William Cellini to Move for Mistrial for Juror Misconduct

William Cellini, a co-defendant of Rod Blagojevich who went to trial separately and was convicted a few weeks ago, will file a motion for a mistrial based on a juror's lying about her past criminal record. She had two felonies and denied having any both on her questionnaire and in jury selection.

Illinois automatically restores the right to sit on a jury to felony and misdemeanor offenders once they have been released from jail or prison or discharged from probation.

Illinois law does not exclude convicted persons from jury service, nor is a prior conviction grounds for a juror challenge for cause, though jurors must to be “[f[ree from all legal exception, of fair character, of approved integrity, [and] of sound judgment.” 705 Ill. Comp. Stat. 305/2.

Federal law only disqualifies convicted felons from serving on juries if their right to do so has not been restored by the state. This juror's rights were automatically restored.

Although this juror's probation had been terminated after a probation violation in one of the cases, since she was ultimately discharged from probation, her rights were restored.

Could Cellini argue that because the juror lied to the Court about her past convictions, she was not "of fair character" or "of approved integrity?" Courts in Illinois have held that the question of fair character and integrity should be decided on a case by case basis. But this was a federal trial and federal law prohibits service only by those felons whose rights have not been restored by the state.

After the issue came up in the trial of former Illinois Gov. George Ryan, some federal judges began ordering background checks on jurors in high profile cases. [More...]

After the Ryan debacle, Chief Judge James Holderman assigned the federal court’s probation and pretrial services offices to conduct criminal background checks on jurors for certain high-profile cases — but only when approved by the trial judge.

Some judges, though, don’t like the background checks, considering them an invasion of jurors’ privacy. No checks were performed for the Cellini case, and to my knowledge, no public explanation offered. Judge James Zagel, who presided over the Cellini trial, had ordered background checks for the trial of former Gov. Rod Blagojevich.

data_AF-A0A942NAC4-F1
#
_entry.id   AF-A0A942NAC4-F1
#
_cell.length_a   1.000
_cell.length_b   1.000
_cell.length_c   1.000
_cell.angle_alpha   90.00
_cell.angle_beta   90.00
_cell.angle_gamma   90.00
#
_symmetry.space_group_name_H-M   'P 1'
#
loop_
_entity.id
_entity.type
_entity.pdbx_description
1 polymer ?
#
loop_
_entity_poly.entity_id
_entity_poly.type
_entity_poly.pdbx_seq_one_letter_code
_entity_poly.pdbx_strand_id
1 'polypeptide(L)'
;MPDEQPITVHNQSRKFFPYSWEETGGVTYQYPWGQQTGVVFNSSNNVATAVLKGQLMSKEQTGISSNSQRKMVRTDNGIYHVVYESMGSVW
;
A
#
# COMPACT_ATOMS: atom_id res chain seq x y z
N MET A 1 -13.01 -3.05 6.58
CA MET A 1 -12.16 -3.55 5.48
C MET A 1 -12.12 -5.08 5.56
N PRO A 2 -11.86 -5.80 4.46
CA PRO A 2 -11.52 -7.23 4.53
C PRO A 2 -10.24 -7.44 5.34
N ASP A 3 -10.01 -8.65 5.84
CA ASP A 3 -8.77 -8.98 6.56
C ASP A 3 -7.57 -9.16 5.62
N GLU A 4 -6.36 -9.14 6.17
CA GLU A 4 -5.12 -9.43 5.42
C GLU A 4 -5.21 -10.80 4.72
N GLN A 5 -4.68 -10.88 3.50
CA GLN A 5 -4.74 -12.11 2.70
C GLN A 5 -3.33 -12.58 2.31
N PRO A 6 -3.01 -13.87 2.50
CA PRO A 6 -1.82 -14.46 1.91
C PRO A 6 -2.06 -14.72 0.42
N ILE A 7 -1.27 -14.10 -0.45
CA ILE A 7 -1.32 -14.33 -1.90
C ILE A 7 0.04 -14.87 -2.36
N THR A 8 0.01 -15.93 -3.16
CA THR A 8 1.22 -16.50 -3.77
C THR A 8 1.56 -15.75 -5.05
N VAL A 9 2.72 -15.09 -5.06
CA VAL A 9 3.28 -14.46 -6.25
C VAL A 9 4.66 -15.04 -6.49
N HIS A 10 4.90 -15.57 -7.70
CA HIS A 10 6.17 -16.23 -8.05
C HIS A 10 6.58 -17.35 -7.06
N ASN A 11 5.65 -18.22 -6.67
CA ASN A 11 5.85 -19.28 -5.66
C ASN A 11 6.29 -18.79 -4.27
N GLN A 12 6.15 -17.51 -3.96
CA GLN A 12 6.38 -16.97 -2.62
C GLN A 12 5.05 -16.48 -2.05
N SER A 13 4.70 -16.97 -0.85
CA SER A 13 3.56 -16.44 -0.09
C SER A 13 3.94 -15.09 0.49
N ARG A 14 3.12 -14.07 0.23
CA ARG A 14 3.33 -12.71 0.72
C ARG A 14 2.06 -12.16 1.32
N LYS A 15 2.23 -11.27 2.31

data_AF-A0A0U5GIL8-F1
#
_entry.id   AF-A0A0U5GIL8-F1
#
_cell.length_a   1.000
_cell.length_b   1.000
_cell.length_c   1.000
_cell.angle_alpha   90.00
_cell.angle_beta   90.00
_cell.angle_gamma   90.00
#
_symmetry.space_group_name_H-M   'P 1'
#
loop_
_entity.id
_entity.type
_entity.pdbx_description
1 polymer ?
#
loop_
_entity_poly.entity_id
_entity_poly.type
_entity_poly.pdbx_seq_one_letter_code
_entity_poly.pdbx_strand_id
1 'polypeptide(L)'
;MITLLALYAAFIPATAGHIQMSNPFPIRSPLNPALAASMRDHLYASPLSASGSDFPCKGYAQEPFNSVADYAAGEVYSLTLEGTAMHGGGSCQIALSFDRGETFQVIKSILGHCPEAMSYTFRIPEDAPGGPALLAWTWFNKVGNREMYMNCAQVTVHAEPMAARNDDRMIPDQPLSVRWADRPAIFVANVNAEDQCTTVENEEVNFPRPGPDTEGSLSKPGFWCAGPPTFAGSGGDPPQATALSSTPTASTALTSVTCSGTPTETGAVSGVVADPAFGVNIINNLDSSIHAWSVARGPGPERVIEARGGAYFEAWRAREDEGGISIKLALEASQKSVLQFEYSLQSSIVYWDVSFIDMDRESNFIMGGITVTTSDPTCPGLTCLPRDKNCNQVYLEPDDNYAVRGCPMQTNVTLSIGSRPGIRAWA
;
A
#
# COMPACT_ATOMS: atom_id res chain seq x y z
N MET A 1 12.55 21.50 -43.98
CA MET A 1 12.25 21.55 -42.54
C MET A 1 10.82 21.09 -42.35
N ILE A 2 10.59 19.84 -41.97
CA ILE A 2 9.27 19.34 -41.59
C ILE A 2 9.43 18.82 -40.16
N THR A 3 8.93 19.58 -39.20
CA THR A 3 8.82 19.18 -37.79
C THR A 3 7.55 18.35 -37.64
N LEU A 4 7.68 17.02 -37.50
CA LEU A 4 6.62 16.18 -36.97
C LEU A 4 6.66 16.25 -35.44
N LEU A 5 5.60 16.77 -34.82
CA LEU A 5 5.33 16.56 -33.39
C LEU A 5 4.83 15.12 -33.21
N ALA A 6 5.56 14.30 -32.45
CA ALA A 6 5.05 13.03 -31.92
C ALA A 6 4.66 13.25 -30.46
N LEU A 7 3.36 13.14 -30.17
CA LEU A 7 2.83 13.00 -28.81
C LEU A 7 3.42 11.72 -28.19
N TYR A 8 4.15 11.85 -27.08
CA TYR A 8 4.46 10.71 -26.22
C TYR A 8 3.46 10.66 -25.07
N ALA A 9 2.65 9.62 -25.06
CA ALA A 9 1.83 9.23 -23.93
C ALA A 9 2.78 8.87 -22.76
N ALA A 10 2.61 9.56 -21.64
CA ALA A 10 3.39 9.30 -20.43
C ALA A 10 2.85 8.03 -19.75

The convictions were discovered by the Chicago Tribune after the Judge, once the trial was over, ordered the release of juror questionnaires. The juror's convictions were for crack-cocaine possession and aggravated driving under the influence without a driver’s license.

It appears the issue Cellini's lawyers will raise is whether her lies about her prior convictions were intended to insure she get on the jury, indicating a bias.

Webb said Friday the juror in question had “multiple felony convictions and gave wrong answers [on her jury questionnaire] three times.”

“There is no question if somebody lies three times to get on a jury, she has a bias,” Webb said

The juror may say she was just embarrassed to admit her prior convictions. Or that she thought they were expunged once she completed probation. Or any other reason having nothing to do with a desire to get on the jury.

It will be interesting to see if the Judge thinks the issue is significant enough to allow Cellini, who is 76, to remain free pending appeal if the judge denies the motion for mistrial.

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    Only rarely do laws restoring rights (5.00 / 1) (#2)
    by Peter G on Sat Nov 12, 2011 at 04:30:54 PM EST
    or even laws "expunging" prior records authorize the subject to lie about the facts in their past. It is one thing to say that a person is not disqualified from jury service because of a prior conviction.  It is quite another to say that person can lie about whether she was or was not previously convicted of a felony.  That's not the same as asking "do you have a criminal record of conviction."  A person whose prior conviction has been expunged could truthfully answer No to that question.

    you are correct (none / 0) (#3)
    by Jeralyn on Sat Nov 12, 2011 at 04:59:37 PM EST
    but so many people mistakenly think their convictions are expunged because they got a deferred judgment, or that they got a deferred when they didn't, I was raising the possibility that she could have mistakenly thought her convictions were expunged and that she didn't intentionally lie. I hear that all the time from clients ("my lawyer told me I'd have no record.") I don't want to assume she intentionally lied when we haven't heard her side of the story.

    Agreed, (none / 0) (#4)
    by Peter G on Sun Nov 13, 2011 at 02:28:54 PM EST
    of course.

    Well, this is interesting. (none / 0) (#1)
    by Zorba on Sat Nov 12, 2011 at 04:01:02 PM EST
    I do wonder how the courts will interpret this.  Although I must say that the whole jury-selection process is also interesting.  Having been called several times for jury duty, both county, state, and federal, I find the whole process very, very strange.  I have to ask about how the founders of this country anticipated the current jury-selection process.  I cannot help but think that juries in the early days of this country had a lot of knowledge about the cases that they were called upon to serve- these were their neighbors, after all.  On the other hand, I do not think that jurors should lie about their background.